It seems to happen all the time to me. I ask a question on haskell-cafe and a get an answer involving at least one function I’ve never heard of before. This time around it was `sequence`

(or rather `sequence_`

) and `repeat`

.

I took a look at Hoogle of course but found it as sparse as always so I decided to play a little.

First `repeat`

:

```
> :t repeat
repeat :: a -> [a]
> repeat 4
[4,4,4,4,4,4,4,4,4,4,4,4,4,...
```

The list repeats until I interrupt it by pressing Ctrl-C. Let's limit the list to 5 items.

```
> take 5 $ repeat 2
[2,2,2,2,2,]
```

Simple enough. Can I do “IO stuff” and stuff it in the list?

```
> take 5 $ repeat getChar
-- error because there's no instance of Show (IO Char)
```

Ah, that’s another one of those pesky little things when using GHC interactively. I’m guessing that there’s a reason for the response mail using `sequence_`

…

```
> :t sequence_
sequence_ :: (Monad m) => [m a] -> m ()
> :t sequence
sequence_ :: (Monad m) => [m a] -> m [a]
```

Combining them seems like a good idea

```
> sequence . (take 5 ) . repeat $ getChar
abcde"abcde"
```

Brilliant. However, to make sure I *really* understand what’s happening I wanted to write the functions myself. First my `repeat`

:

```
foo x = x : foo x
```

Making infinite lists in Haskell is quite simple Replacing `repeat`

by `foo`

in the code snippets above shows that `foo`

indeed exhibits the same behaviour as `repeat`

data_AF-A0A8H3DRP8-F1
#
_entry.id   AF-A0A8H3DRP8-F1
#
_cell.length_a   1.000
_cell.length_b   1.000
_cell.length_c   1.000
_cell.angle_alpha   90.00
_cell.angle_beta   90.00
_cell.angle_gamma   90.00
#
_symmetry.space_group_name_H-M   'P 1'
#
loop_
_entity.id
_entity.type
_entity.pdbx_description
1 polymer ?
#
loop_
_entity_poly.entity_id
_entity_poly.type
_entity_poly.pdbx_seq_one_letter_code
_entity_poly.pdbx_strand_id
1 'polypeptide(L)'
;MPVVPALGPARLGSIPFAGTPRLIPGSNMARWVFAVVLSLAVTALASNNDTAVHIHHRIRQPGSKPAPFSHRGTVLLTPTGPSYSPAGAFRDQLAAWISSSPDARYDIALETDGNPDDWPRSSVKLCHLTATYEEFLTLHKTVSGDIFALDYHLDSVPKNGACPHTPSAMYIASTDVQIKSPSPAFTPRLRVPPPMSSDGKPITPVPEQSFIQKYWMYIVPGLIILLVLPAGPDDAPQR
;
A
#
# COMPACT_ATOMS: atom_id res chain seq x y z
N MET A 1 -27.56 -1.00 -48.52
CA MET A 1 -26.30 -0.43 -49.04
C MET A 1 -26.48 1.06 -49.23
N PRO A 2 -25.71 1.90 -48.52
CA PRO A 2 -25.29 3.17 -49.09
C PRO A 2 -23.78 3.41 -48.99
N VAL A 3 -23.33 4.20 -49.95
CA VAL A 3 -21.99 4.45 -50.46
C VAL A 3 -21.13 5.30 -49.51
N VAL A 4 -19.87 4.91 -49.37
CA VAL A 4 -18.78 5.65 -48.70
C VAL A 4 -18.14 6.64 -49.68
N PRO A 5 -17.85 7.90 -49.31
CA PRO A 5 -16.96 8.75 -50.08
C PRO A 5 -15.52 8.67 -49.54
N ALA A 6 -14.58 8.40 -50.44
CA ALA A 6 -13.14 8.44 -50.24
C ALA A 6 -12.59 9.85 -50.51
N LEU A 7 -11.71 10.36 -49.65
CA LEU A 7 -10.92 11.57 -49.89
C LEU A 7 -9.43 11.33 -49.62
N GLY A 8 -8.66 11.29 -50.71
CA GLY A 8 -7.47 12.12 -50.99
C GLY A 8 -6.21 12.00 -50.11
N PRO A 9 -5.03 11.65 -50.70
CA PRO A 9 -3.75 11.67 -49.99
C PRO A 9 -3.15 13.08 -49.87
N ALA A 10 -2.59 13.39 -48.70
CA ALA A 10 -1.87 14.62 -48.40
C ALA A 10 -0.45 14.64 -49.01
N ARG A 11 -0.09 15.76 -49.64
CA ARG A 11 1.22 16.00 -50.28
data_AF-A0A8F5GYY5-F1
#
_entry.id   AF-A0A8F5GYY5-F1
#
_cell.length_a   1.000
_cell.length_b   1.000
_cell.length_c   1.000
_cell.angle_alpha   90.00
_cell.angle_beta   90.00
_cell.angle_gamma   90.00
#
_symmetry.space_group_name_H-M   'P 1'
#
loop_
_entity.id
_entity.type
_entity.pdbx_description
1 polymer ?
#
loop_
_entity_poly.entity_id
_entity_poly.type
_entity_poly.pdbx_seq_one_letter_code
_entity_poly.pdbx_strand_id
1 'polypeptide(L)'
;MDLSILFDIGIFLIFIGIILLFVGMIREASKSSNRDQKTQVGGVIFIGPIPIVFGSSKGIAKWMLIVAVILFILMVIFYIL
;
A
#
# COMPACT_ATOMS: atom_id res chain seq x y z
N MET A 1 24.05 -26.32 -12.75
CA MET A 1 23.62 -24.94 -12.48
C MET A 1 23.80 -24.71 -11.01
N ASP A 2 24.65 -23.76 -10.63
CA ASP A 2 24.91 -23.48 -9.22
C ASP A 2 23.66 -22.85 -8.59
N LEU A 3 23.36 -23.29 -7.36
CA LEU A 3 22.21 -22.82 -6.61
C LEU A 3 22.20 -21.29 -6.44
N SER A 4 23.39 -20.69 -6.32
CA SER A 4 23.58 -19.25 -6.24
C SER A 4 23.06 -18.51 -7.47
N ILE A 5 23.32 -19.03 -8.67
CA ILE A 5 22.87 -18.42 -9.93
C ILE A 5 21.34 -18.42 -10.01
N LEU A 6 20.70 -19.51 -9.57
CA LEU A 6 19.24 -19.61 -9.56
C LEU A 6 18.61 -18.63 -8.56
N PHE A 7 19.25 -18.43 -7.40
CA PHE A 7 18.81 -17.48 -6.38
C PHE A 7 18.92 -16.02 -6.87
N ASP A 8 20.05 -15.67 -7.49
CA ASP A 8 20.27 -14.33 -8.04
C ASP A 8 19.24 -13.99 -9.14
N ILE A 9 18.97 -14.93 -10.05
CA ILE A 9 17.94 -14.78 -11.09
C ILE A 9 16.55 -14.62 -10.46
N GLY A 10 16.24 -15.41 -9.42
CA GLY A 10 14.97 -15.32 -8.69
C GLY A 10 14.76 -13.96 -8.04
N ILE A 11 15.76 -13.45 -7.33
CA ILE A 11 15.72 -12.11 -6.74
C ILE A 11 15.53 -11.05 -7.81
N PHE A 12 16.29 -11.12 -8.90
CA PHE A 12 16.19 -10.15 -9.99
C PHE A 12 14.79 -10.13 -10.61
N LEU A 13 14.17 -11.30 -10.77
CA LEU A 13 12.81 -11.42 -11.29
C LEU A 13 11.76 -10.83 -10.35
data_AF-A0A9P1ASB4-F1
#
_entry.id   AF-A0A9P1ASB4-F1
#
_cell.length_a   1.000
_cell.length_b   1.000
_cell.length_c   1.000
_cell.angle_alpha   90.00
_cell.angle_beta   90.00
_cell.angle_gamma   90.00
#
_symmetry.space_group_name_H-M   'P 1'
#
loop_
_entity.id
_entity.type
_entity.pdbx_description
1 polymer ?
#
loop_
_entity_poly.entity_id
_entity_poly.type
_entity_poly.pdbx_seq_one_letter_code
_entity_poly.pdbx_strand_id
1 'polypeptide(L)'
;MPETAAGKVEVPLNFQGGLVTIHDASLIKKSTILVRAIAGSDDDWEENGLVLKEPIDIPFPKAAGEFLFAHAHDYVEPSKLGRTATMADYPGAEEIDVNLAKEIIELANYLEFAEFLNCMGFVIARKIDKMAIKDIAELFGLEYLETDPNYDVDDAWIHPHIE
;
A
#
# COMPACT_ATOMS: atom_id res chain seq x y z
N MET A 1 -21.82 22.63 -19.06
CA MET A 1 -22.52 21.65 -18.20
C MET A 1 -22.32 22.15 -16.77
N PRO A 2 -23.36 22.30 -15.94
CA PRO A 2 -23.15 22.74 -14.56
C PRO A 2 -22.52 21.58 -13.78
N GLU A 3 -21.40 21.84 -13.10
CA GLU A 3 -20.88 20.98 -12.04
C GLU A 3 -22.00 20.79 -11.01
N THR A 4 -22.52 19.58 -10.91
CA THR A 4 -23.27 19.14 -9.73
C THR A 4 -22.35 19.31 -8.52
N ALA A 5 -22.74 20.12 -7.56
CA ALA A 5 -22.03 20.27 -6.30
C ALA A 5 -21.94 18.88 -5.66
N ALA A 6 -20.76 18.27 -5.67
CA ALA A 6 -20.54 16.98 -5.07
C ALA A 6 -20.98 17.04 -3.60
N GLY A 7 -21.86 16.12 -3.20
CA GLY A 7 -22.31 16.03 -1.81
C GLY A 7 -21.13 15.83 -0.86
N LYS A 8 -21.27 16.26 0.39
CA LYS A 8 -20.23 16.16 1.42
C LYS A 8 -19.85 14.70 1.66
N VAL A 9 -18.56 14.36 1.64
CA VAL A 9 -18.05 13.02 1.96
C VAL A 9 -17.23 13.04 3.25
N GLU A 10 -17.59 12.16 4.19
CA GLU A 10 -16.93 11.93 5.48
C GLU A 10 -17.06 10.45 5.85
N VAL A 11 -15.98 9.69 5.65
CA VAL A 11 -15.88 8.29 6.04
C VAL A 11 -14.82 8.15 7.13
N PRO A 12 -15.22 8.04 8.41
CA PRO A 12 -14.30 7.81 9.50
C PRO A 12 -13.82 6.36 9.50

.

It proved a little more difficult to get the behaviour of `sequence`

. I usually find it easiest to try for a recursive function first. I find that using higer-order functions is a lot easier if I first have grasped a recursive solution. Here’s my recursive version of `sequence`

:

```
bar [] = return []
bar (h:t) = do
head <- h
res <- bar t
return $ head : res
```

The termination case is simple. The recursive step is straight forward as well, simply pull out the values from the IO monad in order (that is important since monad’s do impose ordering) and at the end put together the list and return it in the monad.

Looking at that recursive definition it’s not unreasonable to suspect it’s possible to use `foldM`

to define another variant of `sequence`

. Given `foldM`

‘s type (`(Monad m) => (a -> b -> m a) -> a -> [b] -> m a`

) it’s obvios that in this case `a`

is a list (e.g. `[Char]`

) and `b`

is a monad (e.g. `IO Char`

). This means that the first argument should be of type `(Monad m) => [t] -> m t -> m [t]`

and something like `qux`

here seems to fit the bill:

```
qux l n = do
v <- n
return $ v : l
```

It’s basically an abridged version of `bar`

from above. It could also be written as a one-line lambda expression like this `\ l n -> n >>= (\ v -> return $ v : l)`

. The termination case remains unchanged so a `sequence`

implemented using `foldM`

ought to look like this:

```
bar2 = foldM (\ l n -> n >>= (\ v -> return $ v : l)) []
```

Unfortunately this definition has a small bug, the resulting list is reversed. Lifting `reverse`

into the monad takes care of that though:

```
bar2 l1 = liftM reverse $ foldM (\ l n -> n >>= (\ v -> return $ v : l)) [] l1
```

It seems both `bar`

and `bar2`

mimick the behaviour of `sequence`

. Even to the level that they are “un-lazy”:

```
> (take 5) . sequence . repeat $ getChar
abcdefg... (ad infinitum)
```

I’ll leave adding laziness to people who are smarter than me.